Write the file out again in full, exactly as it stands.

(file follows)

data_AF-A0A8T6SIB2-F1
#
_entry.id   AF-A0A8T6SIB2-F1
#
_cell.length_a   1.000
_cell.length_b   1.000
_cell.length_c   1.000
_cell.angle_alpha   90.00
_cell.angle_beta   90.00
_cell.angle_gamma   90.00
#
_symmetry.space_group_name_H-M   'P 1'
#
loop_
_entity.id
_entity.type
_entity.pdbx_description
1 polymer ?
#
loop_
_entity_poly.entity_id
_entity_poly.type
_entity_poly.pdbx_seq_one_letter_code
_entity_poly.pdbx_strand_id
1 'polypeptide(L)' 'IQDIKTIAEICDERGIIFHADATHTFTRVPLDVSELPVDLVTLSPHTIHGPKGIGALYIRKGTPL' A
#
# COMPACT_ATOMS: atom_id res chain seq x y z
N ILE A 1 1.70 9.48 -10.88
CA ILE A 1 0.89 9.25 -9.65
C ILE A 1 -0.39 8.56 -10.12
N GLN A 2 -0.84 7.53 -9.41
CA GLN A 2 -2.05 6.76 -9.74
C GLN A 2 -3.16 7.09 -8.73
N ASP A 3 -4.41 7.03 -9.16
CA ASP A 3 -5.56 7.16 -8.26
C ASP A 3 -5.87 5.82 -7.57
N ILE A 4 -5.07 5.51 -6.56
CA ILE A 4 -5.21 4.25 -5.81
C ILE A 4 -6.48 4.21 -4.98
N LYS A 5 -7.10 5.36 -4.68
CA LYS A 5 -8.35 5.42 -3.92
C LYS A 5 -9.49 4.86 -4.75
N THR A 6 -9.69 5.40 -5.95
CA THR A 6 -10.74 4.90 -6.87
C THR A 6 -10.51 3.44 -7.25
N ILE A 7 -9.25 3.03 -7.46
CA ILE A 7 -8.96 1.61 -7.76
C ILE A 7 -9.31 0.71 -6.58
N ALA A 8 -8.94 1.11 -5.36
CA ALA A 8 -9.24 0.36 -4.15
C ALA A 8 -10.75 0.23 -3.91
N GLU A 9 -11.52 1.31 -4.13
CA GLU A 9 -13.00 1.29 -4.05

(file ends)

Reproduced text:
data_AF-A0A8T6SIB2-F1
#
_entry.id   AF-A0A8T6SIB2-F1
#
_cell.length_a   1.000
_cell.length_b   1.000
_cell.length_c   1.000
_cell.angle_alpha   90.00
_cell.angle_beta   90.00
_cell.angle_gamma   90.00
#
_symmetry.space_group_name_H-M   'P 1'
#
loop_
_entity.id
_entity.type
_entity.pdbx_description
1 polymer ?
#
loop_
_entity_poly.entity_id
_entity_poly.type
_entity_poly.pdbx_seq_one_letter_code
_entity_poly.pdbx_strand_id
1 'polypeptide(L)' 'IQDIKTIAEICDERGIIFHADATHTFTRVPLDVSELPVDLVTLSPHTIHGPKGIGALYIRKGTPL' A
#
# COMPACT_ATOMS: atom_id res chain seq x y z
N ILE A 1 1.70 9.48 -10.88
CA ILE A 1 0.89 9.25 -9.65
C ILE A 1 -0.39 8.56 -10.12
N GLN A 2 -0.84 7.53 -9.41
CA GLN A 2 -2.05 6.76 -9.74
C GLN A 2 -3.16 7.09 -8.73
N ASP A 3 -4.41 7.03 -9.16
CA ASP A 3 -5.56 7.16 -8.26
C ASP A 3 -5.87 5.82 -7.57
N ILE A 4 -5.07 5.51 -6.56
CA ILE A 4 -5.21 4.25 -5.81
C ILE A 4 -6.48 4.21 -4.98
N LYS A 5 -7.10 5.36 -4.68
CA LYS A 5 -8.35 5.42 -3.92
C LYS A 5 -9.49 4.86 -4.75
N THR A 6 -9.69 5.40 -5.95
CA THR A 6 -10.74 4.90 -6.87
C THR A 6 -10.51 3.44 -7.25
N ILE A 7 -9.25 3.03 -7.46
CA ILE A 7 -8.96 1.61 -7.76
C ILE A 7 -9.31 0.71 -6.58
N ALA A 8 -8.94 1.11 -5.36
CA ALA A 8 -9.24 0.36 -4.15
C ALA A 8 -10.75 0.23 -3.91
N GLU A 9 -11.52 1.31 -4.13
CA GLU A 9 -13.00 1.29 -4.05